If your dog is up for it, be generous with reassuring pets, cuddles, and snuggles. In general, dogs love close contact, so having special attention from their favorite human can help to comfort them.
We mentioned it earlier, but your veterinarian will likely provide dietary recommendations. Initially, especially after fasting, your pup may not want to eat or drink very much. Your veterinarian will likely advise you to monitor them closely. When you get the go-ahead from your vet, you can gradually re-introduce food in small but frequent quantities so as not to aggravate their pancreas. Then, be sure to carefully monitor how your pup responds. For example, can they keep the food down? Is the portion too large, too little? Take note and adjust accordingly.
Dog mom, Pamela, used many of these tips to help her pup battle a worrying case of pancreatitis. Well-meaning houseguests fed the yorkie-mix table scraps. The fatty meal sent her pup’s pancreas into a tail-spin.Within a day, little Bisous was vomiting bile. “Her mood changed too. We could tell she didn’t feel good,” explains Pamela. “She just wanted to sleep and cuddle, and she wouldn’t eat anything. She drank very little.”
Thankfully, Pamela sought prompt veterinary care, followed the treatment plan, and within a day could see improvements. She also made sure to comfort Bisous by giving her a quiet place to recuperate and canceled her upcoming playdates. “When humans are sick, we’re not usually in the mood to be social. The same is true of dogs,” she said.
Naturally, we want to do all that we can to get our dogs onto the road to recovery. But what about natural supplements? Can a dog with pancreatitis take Omega-3 fish oil in their condition?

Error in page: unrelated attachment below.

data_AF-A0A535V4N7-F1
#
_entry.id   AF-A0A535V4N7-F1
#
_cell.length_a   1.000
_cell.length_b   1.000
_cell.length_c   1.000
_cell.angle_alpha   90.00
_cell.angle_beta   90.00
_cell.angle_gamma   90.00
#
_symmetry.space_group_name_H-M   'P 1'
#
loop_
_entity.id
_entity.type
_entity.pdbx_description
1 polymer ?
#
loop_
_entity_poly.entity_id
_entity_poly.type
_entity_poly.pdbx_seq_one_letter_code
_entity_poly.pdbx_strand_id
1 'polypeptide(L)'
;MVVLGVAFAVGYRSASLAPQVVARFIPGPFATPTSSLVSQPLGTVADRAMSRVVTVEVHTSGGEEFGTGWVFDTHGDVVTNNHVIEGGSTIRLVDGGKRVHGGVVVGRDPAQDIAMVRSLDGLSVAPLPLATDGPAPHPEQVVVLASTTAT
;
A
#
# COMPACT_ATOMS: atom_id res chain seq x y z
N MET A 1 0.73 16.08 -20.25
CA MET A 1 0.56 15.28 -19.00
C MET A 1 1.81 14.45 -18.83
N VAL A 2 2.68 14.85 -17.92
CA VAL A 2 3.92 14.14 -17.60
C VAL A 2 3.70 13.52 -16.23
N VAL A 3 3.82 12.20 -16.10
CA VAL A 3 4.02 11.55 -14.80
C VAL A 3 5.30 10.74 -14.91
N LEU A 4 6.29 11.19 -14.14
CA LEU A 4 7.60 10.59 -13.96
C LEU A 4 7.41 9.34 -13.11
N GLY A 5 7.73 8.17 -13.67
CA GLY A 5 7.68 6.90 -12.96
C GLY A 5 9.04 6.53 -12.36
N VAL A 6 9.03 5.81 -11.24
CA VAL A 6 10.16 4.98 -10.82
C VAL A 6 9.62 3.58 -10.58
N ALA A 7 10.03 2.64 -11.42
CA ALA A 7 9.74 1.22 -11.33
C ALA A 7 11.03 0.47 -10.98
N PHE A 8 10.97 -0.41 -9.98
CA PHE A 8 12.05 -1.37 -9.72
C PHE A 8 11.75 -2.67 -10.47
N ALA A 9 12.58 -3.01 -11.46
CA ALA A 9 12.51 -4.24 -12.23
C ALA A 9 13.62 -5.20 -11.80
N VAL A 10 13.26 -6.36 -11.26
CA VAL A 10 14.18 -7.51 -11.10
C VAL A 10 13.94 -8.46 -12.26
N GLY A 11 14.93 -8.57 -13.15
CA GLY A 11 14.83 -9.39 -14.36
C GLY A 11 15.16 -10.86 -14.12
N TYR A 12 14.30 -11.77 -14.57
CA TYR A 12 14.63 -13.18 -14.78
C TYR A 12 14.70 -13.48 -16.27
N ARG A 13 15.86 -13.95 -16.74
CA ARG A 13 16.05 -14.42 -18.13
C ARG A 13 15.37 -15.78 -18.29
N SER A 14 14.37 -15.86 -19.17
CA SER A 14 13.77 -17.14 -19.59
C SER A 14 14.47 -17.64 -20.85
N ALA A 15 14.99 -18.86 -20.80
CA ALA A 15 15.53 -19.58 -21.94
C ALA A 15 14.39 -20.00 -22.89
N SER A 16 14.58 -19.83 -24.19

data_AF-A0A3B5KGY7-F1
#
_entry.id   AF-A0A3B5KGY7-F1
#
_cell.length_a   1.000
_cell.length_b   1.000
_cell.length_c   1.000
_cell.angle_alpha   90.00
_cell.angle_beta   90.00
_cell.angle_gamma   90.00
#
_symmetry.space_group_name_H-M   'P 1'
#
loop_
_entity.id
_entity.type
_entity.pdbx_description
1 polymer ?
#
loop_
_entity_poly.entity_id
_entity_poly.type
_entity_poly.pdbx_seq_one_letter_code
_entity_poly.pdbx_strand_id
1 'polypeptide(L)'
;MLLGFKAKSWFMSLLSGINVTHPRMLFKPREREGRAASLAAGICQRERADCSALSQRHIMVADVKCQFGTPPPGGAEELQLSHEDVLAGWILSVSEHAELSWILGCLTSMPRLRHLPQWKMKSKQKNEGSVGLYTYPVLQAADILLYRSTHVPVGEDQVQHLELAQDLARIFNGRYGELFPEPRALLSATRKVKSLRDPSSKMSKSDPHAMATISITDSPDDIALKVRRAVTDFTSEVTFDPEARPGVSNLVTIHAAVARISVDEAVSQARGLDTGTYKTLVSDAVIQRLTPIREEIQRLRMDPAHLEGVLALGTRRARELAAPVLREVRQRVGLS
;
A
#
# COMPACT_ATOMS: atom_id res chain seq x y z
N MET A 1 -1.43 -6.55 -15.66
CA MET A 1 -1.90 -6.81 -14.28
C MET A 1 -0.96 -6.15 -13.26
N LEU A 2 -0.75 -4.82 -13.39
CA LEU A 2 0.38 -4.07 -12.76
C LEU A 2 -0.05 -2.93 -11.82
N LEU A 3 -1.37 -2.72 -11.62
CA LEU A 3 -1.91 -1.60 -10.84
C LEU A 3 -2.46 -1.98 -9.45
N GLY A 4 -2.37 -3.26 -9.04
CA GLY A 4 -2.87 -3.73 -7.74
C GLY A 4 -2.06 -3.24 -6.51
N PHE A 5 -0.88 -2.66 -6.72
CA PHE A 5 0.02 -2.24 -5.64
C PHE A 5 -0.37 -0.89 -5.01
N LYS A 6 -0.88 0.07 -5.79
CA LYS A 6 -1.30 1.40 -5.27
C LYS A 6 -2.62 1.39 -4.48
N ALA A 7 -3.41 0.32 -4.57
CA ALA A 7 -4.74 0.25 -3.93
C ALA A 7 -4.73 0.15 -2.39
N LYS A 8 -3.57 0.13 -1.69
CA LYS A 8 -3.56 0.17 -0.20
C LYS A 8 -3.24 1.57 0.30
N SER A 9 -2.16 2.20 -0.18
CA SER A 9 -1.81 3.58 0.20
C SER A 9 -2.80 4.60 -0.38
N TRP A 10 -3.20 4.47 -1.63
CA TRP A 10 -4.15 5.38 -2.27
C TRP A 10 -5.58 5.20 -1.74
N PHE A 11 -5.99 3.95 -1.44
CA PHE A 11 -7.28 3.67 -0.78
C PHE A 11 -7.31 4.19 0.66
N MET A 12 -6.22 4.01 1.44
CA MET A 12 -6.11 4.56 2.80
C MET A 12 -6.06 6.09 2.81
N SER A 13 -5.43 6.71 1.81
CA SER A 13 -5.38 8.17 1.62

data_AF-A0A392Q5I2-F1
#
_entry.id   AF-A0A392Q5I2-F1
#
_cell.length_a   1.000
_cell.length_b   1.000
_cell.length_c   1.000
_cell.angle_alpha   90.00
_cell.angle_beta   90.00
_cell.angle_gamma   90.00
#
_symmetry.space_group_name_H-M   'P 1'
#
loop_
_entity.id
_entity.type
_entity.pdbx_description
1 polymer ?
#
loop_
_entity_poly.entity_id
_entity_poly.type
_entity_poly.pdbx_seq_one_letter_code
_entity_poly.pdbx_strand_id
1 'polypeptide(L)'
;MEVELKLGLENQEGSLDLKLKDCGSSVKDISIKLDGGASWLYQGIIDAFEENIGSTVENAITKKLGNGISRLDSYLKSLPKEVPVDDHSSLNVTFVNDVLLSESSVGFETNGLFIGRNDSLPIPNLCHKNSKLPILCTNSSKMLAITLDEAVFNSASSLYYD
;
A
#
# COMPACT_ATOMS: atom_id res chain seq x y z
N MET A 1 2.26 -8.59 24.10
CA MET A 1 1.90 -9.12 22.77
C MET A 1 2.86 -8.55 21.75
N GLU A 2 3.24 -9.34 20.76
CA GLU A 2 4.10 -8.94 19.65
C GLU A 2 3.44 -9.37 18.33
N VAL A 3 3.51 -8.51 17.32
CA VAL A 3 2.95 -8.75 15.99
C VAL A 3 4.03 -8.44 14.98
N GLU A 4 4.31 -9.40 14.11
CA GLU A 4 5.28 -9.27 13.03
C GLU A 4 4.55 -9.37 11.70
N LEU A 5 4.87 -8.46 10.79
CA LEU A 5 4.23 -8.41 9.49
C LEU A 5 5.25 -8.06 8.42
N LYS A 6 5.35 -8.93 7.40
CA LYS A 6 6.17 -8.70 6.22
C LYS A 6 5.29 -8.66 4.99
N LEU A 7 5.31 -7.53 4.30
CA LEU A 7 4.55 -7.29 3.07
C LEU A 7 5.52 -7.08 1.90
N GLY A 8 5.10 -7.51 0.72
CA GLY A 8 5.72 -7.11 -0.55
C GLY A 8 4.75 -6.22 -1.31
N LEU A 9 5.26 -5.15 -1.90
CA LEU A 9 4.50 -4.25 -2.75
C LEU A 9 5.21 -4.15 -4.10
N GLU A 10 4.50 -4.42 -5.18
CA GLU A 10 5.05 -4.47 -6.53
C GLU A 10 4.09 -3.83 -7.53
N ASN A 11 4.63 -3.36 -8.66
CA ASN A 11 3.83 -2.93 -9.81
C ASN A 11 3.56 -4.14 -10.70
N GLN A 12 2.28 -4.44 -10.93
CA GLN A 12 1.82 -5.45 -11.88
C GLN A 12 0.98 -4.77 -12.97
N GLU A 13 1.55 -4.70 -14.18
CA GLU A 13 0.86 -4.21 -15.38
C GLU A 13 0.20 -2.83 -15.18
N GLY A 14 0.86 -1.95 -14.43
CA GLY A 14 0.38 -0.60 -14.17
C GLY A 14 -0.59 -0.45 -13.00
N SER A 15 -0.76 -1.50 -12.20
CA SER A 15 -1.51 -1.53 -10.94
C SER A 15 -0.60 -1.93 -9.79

At first glance, the answer may seem to be no. After all, many cases of pancreatitis are triggered by high-fat diets. And Omega-3 fish oil is a fat, albeit a healthy fat.
But Omega-3 has powerful, natural anti-inflammatory properties. Since pancreatitis involves inflammation of the pancreas, managing and reducing this inflammation is key to helping your dog heal and recover.
As always, consult your veterinarian for their specific recommendations based on your dog’s condition. But notice the experience of Elvis, the Beagle. His nutritionist, Hannah, recounts, “Omega-3 has been a game changer! As you may know, dogs in this condition have very sensitive stomachs. Elvis couldn’t have any oils and was very sensitive to anything high in fat.”Weighing in at 23 pounds, Elvis couldn\'t even stomach an ⅛ of an egg without having a flare-up of pancreatitis. Yet he needed to have Omega-3 in his diet as part of his healing protocol. But due to his sensitive stomach, Omega-3 in the form of fish was simply out of the question.
Hannah explains the solution that worked for Elvis:“The only Omega-3 this dog can have is in powdered form, and that is where Pawsomely Healthy has come in. He’s been on this supplement for several years. He goes in for regular testing, and I’m happy to share that he’s doing well!”
In general, Omega-3 fish oil offers many health benefits to support your pup’s overall wellness. Go here to read more about this powerful, natural supplement.
As Hannah mentioned, our Omega-3 fish oil is spray-dried into a powdered form. This unique process allows it to keep its potency and purity so it stays fresh longer than traditional oils in pill or pump form. It’s also easy to use. Simply give your pup the entire capsule or sprinkle its contents onto their food.